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HomeDietetics and Human NutritionResearch2007 -2009 Undergraduate Research in Nutrition and Food Science › “ENERGY” Drinks: Their Effects on the Mind and Body in College Students.

2007 -2009 Undergraduate Research in Nutrition and Food Science

“ENERGY” Drinks: Their Effects on the Mind and Body in College Students.

William Buford

William Buford


Background: College students are frequent consumers of energy drinks such as Red Bull, Full Throttle, and Bawls. These beverages contain caffeine which can help students stay up late while studying. Caffeine is capable of reducing one’s fatigue while improving their overall cognitive abilities, including reaction times and general reasoning accuracy.

Objective: The purpose of this study was to investigate the effects of energy drinks on a person’s cognition and body metabolism.

Subjects: 151 undergraduate students at the University of Kentucky. Participants included 57 males (18-24 years old) and 94 females (18-35 years old).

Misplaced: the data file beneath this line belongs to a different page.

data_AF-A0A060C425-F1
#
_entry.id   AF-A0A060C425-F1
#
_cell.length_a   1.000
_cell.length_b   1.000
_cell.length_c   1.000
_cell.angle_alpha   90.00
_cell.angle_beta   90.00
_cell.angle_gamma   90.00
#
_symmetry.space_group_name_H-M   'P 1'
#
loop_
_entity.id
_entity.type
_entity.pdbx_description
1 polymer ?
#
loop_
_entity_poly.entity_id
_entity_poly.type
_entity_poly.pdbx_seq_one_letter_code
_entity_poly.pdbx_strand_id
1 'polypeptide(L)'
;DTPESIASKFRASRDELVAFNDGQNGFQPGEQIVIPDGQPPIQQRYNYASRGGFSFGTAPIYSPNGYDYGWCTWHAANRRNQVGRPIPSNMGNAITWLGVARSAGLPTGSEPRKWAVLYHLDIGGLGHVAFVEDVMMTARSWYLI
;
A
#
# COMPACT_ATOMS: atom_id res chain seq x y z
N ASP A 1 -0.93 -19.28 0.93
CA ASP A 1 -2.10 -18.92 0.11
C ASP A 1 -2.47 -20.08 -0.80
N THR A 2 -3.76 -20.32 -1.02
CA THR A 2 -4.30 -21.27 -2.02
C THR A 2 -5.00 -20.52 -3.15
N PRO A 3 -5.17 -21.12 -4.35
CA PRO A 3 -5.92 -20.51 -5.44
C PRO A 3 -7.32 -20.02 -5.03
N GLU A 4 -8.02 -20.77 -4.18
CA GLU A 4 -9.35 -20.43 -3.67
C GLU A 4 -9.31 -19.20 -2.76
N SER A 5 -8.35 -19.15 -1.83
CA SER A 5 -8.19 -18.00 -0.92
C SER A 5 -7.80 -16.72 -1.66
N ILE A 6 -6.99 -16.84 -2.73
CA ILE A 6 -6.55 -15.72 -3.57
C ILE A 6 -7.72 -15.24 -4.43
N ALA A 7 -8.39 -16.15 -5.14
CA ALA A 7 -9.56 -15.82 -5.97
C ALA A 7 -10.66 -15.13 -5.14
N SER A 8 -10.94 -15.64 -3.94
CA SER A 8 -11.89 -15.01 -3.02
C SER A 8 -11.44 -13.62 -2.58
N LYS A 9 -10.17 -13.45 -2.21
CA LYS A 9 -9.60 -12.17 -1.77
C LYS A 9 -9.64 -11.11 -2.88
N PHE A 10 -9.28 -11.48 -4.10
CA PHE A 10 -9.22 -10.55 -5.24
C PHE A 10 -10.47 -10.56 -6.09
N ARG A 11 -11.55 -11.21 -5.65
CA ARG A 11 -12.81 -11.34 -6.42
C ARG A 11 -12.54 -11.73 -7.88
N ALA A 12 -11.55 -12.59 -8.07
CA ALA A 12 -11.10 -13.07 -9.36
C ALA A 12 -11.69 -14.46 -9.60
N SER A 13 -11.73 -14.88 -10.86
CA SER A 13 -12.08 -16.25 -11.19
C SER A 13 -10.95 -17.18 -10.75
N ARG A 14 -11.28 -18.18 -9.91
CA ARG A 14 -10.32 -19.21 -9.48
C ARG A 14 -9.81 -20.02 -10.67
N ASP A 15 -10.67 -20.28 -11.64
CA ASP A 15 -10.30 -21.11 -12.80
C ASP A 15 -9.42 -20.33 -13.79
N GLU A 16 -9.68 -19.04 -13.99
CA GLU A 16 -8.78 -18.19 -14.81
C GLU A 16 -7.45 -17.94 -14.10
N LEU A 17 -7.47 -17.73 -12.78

Design: A random cross-sectional survey was administered to students on March, 4th 2009 to gather information about their personal energy drink consumption, favorable brands, ergogenic use during exercise, fluctuations in body weight during the past year, GPA, side effects, and if they believe energy drinks improve their mental concentration.

Results: Of the 151 students surveyed, 52% reported being regular energy drinkers while 48% did not regularly consume energy drinks. The average GPA was 3.26 and there was no significant difference between energy drinkers and nondrinkers. Of all the students who regularly consume energy drinks, 67% were males and 44% were females. Students who drank an average of 1-2 energy drinks per week had the highest mean GPA of 3.35. 66% of energy drinkers said that their consumption amount increased while attending college. 67% felt that energy drinks helped improve their mental concentration and focus while studying. The average duration for the perceived energy boost perceived by the energy drinks was reported to be 137.3 minutes. There was no significant difference in the bodyweight changes observed between energy drinkers and nondrinkers. However, female energy drinkers gained 34% less weight in the past year compared to the female non-energy drinkers. The top three side effects were reported to be an increase in heart rate, jitters, and dehydration.

Conclusion: This data supports the theory that regular energy drink consumption may increase the body’s metabolism, particularly in females. Additional research is needed in order to completely investigate the effects of caffeine, the primary ingredient used for most energy drinks.


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